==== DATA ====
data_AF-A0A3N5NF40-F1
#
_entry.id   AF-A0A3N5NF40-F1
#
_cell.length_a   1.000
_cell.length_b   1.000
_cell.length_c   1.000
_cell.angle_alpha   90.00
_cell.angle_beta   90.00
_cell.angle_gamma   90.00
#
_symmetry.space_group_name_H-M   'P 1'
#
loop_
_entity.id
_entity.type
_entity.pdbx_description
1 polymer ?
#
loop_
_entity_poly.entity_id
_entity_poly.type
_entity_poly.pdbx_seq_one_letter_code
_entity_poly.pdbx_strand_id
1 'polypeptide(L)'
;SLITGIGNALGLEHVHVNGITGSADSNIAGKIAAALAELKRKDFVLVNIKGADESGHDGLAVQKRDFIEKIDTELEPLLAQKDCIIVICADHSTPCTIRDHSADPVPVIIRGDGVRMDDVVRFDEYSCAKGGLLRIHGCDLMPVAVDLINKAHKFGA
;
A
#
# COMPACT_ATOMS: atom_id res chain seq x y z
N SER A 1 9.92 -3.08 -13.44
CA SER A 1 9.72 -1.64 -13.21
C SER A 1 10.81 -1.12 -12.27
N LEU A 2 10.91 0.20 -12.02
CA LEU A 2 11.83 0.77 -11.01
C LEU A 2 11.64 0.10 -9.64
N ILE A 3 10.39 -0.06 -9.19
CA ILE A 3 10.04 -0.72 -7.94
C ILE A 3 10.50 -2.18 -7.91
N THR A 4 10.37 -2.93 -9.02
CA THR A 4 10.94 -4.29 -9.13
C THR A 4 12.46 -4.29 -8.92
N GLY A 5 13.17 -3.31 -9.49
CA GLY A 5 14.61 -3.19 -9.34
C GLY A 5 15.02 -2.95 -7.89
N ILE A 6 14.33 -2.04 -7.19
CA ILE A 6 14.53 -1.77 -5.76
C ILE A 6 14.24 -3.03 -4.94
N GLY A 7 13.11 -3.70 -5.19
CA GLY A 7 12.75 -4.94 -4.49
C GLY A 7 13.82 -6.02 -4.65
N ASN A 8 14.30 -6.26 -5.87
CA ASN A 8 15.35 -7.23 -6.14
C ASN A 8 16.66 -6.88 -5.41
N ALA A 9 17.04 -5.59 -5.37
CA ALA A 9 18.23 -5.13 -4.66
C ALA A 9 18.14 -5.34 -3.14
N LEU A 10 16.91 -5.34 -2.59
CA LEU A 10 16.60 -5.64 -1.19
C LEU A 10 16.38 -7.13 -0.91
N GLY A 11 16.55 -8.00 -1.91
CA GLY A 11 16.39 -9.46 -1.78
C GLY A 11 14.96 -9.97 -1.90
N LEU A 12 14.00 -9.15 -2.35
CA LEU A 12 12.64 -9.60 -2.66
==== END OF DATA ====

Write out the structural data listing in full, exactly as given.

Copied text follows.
data_AF-A0A3N5NF40-F1
#
_entry.id   AF-A0A3N5NF40-F1
#
_cell.length_a   1.000
_cell.length_b   1.000
_cell.length_c   1.000
_cell.angle_alpha   90.00
_cell.angle_beta   90.00
_cell.angle_gamma   90.00
#
_symmetry.space_group_name_H-M   'P 1'
#
loop_
_entity.id
_entity.type
_entity.pdbx_description
1 polymer ?
#
loop_
_entity_poly.entity_id
_entity_poly.type
_entity_poly.pdbx_seq_one_letter_code
_entity_poly.pdbx_strand_id
1 'polypeptide(L)'
;SLITGIGNALGLEHVHVNGITGSADSNIAGKIAAALAELKRKDFVLVNIKGADESGHDGLAVQKRDFIEKIDTELEPLLAQKDCIIVICADHSTPCTIRDHSADPVPVIIRGDGVRMDDVVRFDEYSCAKGGLLRIHGCDLMPVAVDLINKAHKFGA
;
A
#
# COMPACT_ATOMS: atom_id res chain seq x y z
N SER A 1 9.92 -3.08 -13.44
CA SER A 1 9.72 -1.64 -13.21
C SER A 1 10.81 -1.12 -12.27
N LEU A 2 10.91 0.20 -12.02
CA LEU A 2 11.83 0.77 -11.01
C LEU A 2 11.64 0.10 -9.64
N ILE A 3 10.39 -0.06 -9.19
CA ILE A 3 10.04 -0.72 -7.94
C ILE A 3 10.50 -2.18 -7.91
N THR A 4 10.37 -2.93 -9.02
CA THR A 4 10.94 -4.29 -9.13
C THR A 4 12.46 -4.29 -8.92
N GLY A 5 13.17 -3.31 -9.49
CA GLY A 5 14.61 -3.19 -9.34
C GLY A 5 15.02 -2.95 -7.89
N ILE A 6 14.33 -2.04 -7.19
CA ILE A 6 14.53 -1.77 -5.76
C ILE A 6 14.24 -3.03 -4.94
N GLY A 7 13.11 -3.70 -5.19
CA GLY A 7 12.75 -4.94 -4.49
C GLY A 7 13.82 -6.02 -4.65
N ASN A 8 14.30 -6.26 -5.87
CA ASN A 8 15.35 -7.23 -6.14
C ASN A 8 16.66 -6.88 -5.41
N ALA A 9 17.04 -5.59 -5.37
CA ALA A 9 18.23 -5.13 -4.66
C ALA A 9 18.14 -5.34 -3.14
N LEU A 10 16.91 -5.34 -2.59
CA LEU A 10 16.60 -5.64 -1.19
C LEU A 10 16.38 -7.13 -0.91
N GLY A 11 16.55 -8.00 -1.91
CA GLY A 11 16.39 -9.46 -1.78
C GLY A 11 14.96 -9.97 -1.90
N LEU A 12 14.00 -9.15 -2.35
CA LEU A 12 12.64 -9.60 -2.66